Literary and Artistic Snobbery

I recall my first college English class when I informed the professor that I was going to write on patriotic elements in the poetry of Alfred Lord Tennyson. He made it clear that he would prefer a different author; for some reason Tennyson didn’t match up. He also made it clear he’d prefer a different theme, that he thought patriotic poetry was a less kind of poetry. The kind of battle between my professor and me continued through the semester and even to his critique of the paper (he graded it A-), in which he lamented my espousal of Tennyson’s themes. But I truly appreciated Tennyson and I still do.

I had a friend who was a musician. His pet peeve with me was my appreciation for Franz Joseph Haydn. My single favorite piece of music of any type and any period is Haydn’s Trumpet Concerto in E flat. My favorite oratorio is Haydn’s Creation. Now my friend would allow that those were acceptable music, but I also like Haydn’s concerti and symphonies as well, and he thought those had been produced by cookie cutter. Sorry! I still like them.

In art, I recall the day that a monument was put up at my alma mater to four students who had been killed in a car accident. I was working as a teaching assistant in a nearby private school, and remarked to my students that it looked to me more like someone had forgotten to haul out the garbage. The great art appreciaters, however, were ready to praise it as a great artistic accomplishment, and I was informed by a few folks that I was horrifyingly irreverent.

To extend this on literature, an area a bit nearer to my heart, there are a number of “classics” that I simply don’t find all that interesting or useful. In many cases I still regard them as important, simply because they have impacted many people. It just happens I don’t like them. After that first college English class, I was able to avoid further annoyance because of a change in academic requirements. I was allowed to take a course in literature in any major language offered, and I did so in French. Let me note that I didn’t enjoy reading Les Miserables in French or English. In political science I was assigned selections from Dostoevsky. Sorry! Not interested. I read what I had to, and I did find some value in it, but nothing that would make me put it on a “must read” list.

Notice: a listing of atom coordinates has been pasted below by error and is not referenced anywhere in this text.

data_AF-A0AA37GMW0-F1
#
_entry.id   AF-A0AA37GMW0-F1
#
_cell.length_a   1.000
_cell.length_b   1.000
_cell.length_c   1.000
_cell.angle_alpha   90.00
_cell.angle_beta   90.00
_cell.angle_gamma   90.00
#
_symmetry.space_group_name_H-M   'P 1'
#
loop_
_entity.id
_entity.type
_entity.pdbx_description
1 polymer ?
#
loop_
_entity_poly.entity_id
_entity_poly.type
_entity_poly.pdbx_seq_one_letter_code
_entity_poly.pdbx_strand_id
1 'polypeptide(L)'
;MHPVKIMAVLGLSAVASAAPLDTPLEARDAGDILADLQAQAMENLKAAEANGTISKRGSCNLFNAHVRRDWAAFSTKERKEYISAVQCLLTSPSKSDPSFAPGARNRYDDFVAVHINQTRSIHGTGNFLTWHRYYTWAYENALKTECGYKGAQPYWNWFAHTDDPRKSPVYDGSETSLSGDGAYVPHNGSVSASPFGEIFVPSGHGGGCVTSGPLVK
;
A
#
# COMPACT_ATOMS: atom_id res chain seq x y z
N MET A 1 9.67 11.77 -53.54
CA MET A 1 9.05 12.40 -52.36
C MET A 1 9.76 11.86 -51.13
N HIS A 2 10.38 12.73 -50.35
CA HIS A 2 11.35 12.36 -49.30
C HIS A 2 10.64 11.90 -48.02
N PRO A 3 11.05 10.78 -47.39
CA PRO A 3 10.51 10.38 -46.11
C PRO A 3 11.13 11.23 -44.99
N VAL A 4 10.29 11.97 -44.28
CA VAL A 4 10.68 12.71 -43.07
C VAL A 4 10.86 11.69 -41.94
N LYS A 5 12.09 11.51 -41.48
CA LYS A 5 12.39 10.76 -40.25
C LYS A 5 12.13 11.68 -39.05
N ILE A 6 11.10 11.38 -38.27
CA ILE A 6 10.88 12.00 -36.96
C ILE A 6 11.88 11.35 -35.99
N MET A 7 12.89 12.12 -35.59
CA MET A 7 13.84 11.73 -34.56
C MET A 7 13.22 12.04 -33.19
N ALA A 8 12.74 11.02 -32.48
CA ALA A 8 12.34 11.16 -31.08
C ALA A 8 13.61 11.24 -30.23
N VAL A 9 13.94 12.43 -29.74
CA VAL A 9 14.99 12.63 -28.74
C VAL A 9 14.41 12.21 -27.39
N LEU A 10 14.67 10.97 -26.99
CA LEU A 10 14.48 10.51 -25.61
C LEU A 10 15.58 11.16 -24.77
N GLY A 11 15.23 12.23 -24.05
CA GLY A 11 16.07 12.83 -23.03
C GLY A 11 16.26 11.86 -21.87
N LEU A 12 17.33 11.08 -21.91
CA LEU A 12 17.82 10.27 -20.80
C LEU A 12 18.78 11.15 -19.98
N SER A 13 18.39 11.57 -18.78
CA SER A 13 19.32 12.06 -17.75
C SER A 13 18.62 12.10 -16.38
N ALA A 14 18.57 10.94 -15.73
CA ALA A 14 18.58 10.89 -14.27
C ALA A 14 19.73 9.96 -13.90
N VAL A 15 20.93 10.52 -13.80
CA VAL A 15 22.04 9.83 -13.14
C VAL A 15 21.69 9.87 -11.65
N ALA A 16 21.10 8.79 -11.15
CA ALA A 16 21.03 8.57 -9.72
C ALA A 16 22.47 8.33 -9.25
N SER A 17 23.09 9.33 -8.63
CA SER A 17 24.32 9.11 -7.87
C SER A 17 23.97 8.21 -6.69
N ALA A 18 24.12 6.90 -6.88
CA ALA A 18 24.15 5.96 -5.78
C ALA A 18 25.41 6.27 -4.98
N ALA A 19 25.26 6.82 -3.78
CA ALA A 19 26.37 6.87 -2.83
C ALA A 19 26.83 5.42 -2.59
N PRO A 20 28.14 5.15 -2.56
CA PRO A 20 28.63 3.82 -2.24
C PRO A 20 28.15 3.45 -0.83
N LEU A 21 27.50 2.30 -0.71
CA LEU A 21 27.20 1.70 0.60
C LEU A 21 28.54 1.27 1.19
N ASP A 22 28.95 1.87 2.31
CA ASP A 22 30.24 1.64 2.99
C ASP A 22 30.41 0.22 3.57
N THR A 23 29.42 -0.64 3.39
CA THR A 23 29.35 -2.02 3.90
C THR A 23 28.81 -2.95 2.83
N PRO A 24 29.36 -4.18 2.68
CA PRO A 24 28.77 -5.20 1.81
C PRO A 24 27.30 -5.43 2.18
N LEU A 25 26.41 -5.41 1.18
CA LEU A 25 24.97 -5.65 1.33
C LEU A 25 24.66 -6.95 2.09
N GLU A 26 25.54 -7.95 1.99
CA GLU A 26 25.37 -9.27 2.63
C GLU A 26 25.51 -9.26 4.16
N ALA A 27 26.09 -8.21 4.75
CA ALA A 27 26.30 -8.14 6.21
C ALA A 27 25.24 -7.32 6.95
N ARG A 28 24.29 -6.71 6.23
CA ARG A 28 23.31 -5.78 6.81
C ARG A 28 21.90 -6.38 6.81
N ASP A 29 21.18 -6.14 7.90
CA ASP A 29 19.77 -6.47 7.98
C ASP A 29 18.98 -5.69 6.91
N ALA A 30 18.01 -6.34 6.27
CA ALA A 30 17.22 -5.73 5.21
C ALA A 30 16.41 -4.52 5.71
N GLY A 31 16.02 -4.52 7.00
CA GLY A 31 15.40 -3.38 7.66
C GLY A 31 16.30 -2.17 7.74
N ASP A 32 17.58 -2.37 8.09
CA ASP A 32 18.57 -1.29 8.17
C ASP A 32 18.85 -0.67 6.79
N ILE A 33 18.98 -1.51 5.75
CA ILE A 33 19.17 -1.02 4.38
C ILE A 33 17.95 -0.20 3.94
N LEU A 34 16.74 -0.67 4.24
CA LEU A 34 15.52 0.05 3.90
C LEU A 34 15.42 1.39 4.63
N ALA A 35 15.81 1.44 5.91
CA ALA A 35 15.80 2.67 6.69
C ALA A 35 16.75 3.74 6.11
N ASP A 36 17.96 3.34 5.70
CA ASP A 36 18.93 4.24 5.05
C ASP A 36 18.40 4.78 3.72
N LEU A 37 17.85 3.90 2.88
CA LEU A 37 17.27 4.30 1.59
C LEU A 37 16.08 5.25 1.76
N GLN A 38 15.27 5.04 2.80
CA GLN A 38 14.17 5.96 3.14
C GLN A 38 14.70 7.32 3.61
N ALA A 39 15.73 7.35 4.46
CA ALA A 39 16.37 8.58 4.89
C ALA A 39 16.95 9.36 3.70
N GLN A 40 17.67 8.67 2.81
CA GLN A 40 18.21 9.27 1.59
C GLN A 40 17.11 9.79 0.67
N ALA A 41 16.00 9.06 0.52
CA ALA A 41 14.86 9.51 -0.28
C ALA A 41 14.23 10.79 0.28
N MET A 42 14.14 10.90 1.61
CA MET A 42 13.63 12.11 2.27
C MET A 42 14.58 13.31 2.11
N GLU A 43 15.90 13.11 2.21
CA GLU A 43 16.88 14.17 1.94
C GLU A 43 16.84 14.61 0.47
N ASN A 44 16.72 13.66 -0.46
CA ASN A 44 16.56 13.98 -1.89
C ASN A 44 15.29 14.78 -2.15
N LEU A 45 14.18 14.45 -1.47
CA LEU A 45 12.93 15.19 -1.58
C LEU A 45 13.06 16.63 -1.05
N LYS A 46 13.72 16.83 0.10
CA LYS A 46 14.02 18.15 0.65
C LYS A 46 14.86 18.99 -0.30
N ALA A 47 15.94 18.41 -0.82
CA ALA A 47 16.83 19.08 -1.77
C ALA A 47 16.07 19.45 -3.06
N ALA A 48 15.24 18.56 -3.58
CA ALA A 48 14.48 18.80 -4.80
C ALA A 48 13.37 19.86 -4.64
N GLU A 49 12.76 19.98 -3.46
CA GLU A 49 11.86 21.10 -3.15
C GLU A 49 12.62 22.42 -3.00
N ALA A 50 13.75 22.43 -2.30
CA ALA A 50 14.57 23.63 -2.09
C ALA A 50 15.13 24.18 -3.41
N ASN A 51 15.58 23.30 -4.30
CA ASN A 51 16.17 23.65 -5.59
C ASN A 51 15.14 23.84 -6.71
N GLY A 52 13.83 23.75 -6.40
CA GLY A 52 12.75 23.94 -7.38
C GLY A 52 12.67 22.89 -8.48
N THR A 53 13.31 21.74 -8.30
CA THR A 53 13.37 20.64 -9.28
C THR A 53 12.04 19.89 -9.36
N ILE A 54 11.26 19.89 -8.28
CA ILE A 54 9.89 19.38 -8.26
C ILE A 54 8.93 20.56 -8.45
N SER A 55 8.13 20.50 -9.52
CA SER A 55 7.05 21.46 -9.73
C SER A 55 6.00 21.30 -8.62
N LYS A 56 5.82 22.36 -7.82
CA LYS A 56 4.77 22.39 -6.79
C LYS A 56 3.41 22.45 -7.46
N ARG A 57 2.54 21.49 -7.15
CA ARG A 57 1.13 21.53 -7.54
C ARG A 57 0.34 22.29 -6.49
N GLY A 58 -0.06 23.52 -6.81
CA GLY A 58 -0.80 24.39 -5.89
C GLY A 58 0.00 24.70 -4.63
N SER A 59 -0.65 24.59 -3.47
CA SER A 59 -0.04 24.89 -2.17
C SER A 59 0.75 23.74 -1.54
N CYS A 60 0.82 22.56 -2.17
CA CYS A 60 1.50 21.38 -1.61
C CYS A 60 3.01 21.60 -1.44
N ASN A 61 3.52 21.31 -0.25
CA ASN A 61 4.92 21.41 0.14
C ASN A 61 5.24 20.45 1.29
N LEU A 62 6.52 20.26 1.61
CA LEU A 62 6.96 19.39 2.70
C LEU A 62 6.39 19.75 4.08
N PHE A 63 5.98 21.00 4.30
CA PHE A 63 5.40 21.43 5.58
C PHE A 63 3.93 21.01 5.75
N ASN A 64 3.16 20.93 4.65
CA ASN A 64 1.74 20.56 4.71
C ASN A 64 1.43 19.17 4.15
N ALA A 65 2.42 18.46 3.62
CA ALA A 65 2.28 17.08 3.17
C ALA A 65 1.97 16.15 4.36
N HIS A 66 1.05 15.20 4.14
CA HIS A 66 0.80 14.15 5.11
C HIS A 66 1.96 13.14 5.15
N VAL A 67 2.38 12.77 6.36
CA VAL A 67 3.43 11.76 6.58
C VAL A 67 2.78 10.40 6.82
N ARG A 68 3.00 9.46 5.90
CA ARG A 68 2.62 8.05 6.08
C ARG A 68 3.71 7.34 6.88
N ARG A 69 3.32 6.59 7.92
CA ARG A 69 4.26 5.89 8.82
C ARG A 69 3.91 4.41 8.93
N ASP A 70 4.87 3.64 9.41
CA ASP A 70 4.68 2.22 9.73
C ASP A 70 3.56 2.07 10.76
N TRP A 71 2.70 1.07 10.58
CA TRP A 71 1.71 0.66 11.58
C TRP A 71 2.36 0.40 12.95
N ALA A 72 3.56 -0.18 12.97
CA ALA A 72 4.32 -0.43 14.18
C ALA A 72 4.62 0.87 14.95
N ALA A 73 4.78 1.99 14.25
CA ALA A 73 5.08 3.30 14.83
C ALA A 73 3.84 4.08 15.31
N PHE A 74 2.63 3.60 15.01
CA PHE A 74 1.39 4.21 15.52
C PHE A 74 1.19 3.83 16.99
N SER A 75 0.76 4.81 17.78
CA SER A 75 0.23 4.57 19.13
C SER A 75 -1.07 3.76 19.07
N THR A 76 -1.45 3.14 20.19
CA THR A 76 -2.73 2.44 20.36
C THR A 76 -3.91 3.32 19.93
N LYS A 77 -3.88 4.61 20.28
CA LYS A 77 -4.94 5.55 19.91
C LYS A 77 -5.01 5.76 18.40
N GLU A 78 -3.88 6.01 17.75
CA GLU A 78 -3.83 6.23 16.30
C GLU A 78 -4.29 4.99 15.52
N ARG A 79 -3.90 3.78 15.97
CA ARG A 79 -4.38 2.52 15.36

In fact, I started way back in college calling those “must read” lists “snob lists.” They simply reflect the personal tastes of one particular person, and I see no reason to regard their taste as particularly binding on me. Now I would note that if you can’t read the books on their list, or you haven’t tested the waters to see what you actually like and will benefit from, then perhaps you ought to work your way through a few. Note that I have read a bit of Dostoevsky and substantial amounts of Victor Hugo (the latter in French), and thus didn’t lay them aside without some consideration.